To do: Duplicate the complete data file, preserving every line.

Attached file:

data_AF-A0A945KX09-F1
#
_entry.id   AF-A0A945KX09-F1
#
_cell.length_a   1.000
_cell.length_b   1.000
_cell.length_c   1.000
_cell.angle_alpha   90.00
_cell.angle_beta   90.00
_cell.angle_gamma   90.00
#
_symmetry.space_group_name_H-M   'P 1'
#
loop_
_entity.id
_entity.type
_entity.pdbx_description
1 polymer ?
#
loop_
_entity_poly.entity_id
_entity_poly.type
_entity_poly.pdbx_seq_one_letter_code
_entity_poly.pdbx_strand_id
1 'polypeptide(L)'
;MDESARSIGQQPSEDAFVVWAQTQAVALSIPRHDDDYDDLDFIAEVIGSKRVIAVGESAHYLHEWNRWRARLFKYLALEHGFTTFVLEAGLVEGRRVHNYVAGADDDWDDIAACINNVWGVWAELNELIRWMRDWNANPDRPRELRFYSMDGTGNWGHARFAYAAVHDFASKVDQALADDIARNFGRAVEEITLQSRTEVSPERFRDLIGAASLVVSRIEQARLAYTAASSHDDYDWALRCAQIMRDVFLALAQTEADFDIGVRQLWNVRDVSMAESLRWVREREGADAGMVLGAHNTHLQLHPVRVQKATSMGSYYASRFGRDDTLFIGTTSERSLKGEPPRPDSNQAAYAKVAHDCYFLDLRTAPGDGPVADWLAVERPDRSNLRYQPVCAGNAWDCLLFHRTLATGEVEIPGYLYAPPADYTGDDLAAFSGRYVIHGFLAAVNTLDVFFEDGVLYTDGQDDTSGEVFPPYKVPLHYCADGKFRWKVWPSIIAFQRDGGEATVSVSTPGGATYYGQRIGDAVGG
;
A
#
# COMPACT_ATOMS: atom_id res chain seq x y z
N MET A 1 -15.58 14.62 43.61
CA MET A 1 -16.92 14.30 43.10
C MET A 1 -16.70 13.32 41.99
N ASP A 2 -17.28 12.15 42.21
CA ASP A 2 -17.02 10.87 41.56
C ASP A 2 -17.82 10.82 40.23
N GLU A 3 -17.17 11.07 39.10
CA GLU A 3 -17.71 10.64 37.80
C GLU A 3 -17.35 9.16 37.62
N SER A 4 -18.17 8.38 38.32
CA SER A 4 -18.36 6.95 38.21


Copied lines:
data_AF-A0A945KX09-F1
#
_entry.id   AF-A0A945KX09-F1
#
_cell.length_a   1.000
_cell.length_b   1.000
_cell.length_c   1.000
_cell.angle_alpha   90.00
_cell.angle_beta   90.00
_cell.angle_gamma   90.00
#
_symmetry.space_group_name_H-M   'P 1'
#
loop_
_entity.id
_entity.type
_entity.pdbx_description
1 polymer ?
#
loop_
_entity_poly.entity_id
_entity_poly.type
_entity_poly.pdbx_seq_one_letter_code
_entity_poly.pdbx_strand_id
1 'polypeptide(L)'
;MDESARSIGQQPSEDAFVVWAQTQAVALSIPRHDDDYDDLDFIAEVIGSKRVIAVGESAHYLHEWNRWRARLFKYLALEHGFTTFVLEAGLVEGRRVHNYVAGADDDWDDIAACINNVWGVWAELNELIRWMRDWNANPDRPRELRFYSMDGTGNWGHARFAYAAVHDFASKVDQALADDIARNFGRAVEEITLQSRTEVSPERFRDLIGAASLVVSRIEQARLAYTAASSHDDYDWALRCAQIMRDVFLALAQTEADFDIGVRQLWNVRDVSMAESLRWVREREGADAGMVLGAHNTHLQLHPVRVQKATSMGSYYASRFGRDDTLFIGTTSERSLKGEPPRPDSNQAAYAKVAHDCYFLDLRTAPGDGPVADWLAVERPDRSNLRYQPVCAGNAWDCLLFHRTLATGEVEIPGYLYAPPADYTGDDLAAFSGRYVIHGFLAAVNTLDVFFEDGVLYTDGQDDTSGEVFPPYKVPLHYCADGKFRWKVWPSIIAFQRDGGEATVSVSTPGGATYYGQRIGDAVGG
;
A
#
# COMPACT_ATOMS: atom_id res chain seq x y z
N MET A 1 -15.58 14.62 43.61
CA MET A 1 -16.92 14.30 43.10
C MET A 1 -16.70 13.32 41.99
N ASP A 2 -17.28 12.15 42.21
CA ASP A 2 -17.02 10.87 41.56
C ASP A 2 -17.82 10.82 40.23
N GLU A 3 -17.17 11.07 39.10
CA GLU A 3 -17.71 10.64 37.80
C GLU A 3 -17.35 9.16 37.62
N SER A 4 -18.17 8.38 38.32
CA SER A 4 -18.36 6.95 38.21